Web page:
Preserving Precious Land for Future Generations

April 24, 2014
Senator Tony Guglielmo at a Greenway ceremony in Eastern Connecticut.

Senator Tony Guglielmo at a Greenway ceremony in Eastern Connecticut.

Hartford, CT – State Senator Tony Guglielmo (R-Stafford) and co-chair of the rural caucus supports a bill which aims to provide for the permanent preservation of state lands of high conservation value. The bill received unanimous support in the State Senate this week. The proposal, supported by Land Trusts, Conservation Commissions and Friends of CT State Parks, provides stronger legal protection for Connecticut’s open spaces.

“Here in Tolland and Windham Counties, we are blessed with extraordinary state treasures preserved for public enjoyment,” Sen. Guglielmo said. “This bill will ensure that state lands of high conservation value will be preserved for conservation purposes – for all people to enjoy.”

The State of Connecticut holds more than 250,000 acres of state parks, forests, wildlife management areas and other open space valuable for conservation and agricultural purposes.
These lands were acquired with an expectation that they will be permanently preserved for the benefit of the public – yet they are largely unprotected. This bill will protect the lands forever.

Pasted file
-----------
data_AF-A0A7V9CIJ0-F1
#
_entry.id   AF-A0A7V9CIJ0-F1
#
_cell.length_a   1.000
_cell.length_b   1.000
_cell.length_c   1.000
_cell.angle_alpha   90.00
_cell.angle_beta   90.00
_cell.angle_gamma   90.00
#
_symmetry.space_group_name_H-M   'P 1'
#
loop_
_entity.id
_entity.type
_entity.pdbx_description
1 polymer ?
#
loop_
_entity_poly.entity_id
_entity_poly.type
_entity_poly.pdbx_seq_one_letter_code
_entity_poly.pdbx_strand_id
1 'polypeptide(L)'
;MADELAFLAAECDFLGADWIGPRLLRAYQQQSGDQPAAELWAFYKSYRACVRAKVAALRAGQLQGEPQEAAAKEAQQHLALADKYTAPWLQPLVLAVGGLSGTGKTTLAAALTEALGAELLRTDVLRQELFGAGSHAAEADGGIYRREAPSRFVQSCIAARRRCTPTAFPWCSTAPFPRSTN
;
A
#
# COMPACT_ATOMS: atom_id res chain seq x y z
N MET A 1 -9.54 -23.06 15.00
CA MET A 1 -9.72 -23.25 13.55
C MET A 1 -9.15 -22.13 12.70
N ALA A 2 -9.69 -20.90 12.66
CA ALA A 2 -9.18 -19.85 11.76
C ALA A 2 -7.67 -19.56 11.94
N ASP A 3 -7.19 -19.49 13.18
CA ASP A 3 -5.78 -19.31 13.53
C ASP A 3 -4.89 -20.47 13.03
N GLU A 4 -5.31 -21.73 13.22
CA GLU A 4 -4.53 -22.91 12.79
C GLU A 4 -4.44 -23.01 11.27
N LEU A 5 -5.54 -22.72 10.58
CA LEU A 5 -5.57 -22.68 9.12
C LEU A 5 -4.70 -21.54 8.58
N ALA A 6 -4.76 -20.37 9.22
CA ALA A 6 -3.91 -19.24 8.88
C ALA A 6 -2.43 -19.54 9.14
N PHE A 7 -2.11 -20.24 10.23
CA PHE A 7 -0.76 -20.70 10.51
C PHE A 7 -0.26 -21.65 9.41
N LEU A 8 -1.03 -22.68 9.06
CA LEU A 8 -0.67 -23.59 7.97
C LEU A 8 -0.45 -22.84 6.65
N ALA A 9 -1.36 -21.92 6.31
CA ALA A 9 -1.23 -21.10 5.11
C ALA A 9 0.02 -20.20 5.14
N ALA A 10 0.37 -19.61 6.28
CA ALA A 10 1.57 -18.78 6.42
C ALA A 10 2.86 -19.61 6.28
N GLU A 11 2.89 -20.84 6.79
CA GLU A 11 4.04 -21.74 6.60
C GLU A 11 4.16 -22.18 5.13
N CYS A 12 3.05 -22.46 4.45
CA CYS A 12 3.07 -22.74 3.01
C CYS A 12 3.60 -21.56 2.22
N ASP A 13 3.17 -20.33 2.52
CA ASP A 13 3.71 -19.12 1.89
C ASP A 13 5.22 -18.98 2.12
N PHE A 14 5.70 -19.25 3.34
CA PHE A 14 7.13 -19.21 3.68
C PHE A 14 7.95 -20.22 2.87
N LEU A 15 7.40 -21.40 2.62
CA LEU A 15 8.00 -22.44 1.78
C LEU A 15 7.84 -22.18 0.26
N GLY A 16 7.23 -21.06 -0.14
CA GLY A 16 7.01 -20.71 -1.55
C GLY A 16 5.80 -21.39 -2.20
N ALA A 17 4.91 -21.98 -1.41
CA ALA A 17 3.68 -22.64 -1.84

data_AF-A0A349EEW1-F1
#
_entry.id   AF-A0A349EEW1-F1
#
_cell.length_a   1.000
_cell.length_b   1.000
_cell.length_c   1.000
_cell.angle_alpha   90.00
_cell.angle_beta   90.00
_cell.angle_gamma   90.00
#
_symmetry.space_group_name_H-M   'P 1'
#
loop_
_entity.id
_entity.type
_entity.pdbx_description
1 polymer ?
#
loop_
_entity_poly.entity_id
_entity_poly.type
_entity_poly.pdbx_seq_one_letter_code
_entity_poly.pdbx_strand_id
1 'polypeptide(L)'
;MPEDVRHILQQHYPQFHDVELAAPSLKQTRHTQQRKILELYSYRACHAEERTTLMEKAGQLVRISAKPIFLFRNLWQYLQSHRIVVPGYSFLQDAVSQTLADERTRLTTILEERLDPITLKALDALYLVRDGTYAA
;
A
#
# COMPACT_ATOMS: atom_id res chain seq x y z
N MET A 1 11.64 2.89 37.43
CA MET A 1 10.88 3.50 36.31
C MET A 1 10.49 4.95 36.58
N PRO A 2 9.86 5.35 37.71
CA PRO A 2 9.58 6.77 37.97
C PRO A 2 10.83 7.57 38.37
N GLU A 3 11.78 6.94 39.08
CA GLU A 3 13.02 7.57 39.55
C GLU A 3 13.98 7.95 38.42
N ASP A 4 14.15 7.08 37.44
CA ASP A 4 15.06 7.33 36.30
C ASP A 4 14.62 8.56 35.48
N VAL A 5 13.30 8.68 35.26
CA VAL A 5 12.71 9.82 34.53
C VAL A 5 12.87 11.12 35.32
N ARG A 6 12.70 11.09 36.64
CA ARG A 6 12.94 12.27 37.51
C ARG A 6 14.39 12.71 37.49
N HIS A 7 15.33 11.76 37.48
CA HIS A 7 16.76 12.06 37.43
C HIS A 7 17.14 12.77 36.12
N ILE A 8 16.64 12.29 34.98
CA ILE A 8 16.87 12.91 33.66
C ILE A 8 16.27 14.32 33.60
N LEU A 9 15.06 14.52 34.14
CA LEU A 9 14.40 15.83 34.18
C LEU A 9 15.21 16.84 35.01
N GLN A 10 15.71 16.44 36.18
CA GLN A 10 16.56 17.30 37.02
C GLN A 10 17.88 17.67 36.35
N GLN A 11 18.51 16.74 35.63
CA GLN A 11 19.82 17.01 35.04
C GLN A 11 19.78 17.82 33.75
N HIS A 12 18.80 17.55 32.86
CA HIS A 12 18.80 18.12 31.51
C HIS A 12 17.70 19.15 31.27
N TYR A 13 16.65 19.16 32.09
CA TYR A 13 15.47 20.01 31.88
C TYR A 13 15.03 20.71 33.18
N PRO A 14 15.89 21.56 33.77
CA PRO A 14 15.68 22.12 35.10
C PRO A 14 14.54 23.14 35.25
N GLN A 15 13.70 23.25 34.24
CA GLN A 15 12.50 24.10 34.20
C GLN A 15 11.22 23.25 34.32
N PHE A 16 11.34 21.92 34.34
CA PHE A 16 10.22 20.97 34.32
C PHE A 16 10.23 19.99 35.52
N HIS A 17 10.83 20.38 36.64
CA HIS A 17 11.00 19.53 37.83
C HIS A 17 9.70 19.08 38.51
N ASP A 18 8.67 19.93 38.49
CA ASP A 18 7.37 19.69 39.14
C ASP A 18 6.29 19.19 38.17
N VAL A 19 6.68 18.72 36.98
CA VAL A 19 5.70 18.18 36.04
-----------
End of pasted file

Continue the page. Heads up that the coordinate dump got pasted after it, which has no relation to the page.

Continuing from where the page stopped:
The senate bill 70 proposal:

  • Authorizes the State of Connecticut to designate certain state-owned lands as “lands of public use and benefit,” which includes land used for conservation, public enjoyment, or recreational purposes, or activities to improve or maintain these purposes.
  • Requires the state to establish, by 2015, a publicly accessible geographic information map system and database that has a public use and benefit land registry.

The registry must be able to provide identifying information on land owned by the state Department of Energy and Environmental Protection (DEEP), other state agencies, municipalities, and land conservation organizations. The registry must be made available on DEEP’s website.

Sen. Guglielmo said, “During the entire year, families have been celebrating Connecticut’s state parks 100-year anniversary. It is fitting that we focus on the permanent protection of these valuable lands in order to maintain their unique character for generations to come.”

The bill now awaits a vote in the Connecticut House of Representatives. The legislative session ends May 7.